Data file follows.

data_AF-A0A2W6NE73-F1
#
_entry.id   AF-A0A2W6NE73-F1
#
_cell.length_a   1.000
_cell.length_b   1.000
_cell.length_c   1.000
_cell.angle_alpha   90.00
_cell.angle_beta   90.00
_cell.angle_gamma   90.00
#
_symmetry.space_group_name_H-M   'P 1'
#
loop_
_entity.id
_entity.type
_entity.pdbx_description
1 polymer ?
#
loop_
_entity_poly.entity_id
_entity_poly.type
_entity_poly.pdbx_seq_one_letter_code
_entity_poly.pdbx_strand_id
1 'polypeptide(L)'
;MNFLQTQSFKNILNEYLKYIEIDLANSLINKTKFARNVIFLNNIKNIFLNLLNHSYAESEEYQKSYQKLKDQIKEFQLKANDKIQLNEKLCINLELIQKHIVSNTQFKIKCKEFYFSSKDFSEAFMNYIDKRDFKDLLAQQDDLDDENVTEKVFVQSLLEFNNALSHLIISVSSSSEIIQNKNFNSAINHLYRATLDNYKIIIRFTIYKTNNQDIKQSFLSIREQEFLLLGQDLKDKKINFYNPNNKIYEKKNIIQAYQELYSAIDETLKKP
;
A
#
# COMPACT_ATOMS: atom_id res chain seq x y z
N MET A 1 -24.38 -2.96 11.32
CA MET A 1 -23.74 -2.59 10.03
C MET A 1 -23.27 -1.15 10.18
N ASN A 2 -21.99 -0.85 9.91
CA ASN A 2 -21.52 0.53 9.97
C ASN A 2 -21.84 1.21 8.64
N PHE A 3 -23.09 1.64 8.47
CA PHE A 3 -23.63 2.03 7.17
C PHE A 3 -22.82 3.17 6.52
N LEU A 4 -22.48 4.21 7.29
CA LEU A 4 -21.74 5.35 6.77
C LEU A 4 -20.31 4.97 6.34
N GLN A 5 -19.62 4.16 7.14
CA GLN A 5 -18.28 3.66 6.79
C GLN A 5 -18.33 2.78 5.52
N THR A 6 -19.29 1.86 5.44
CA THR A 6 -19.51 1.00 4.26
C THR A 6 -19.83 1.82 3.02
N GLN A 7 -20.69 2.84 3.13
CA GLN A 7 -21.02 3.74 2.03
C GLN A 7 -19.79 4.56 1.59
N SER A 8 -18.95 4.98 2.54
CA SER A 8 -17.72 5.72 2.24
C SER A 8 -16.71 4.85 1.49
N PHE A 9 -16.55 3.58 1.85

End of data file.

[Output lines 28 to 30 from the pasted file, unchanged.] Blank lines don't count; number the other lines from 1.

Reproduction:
A
#
# COMPACT_ATOMS: atom_id res chain seq x y z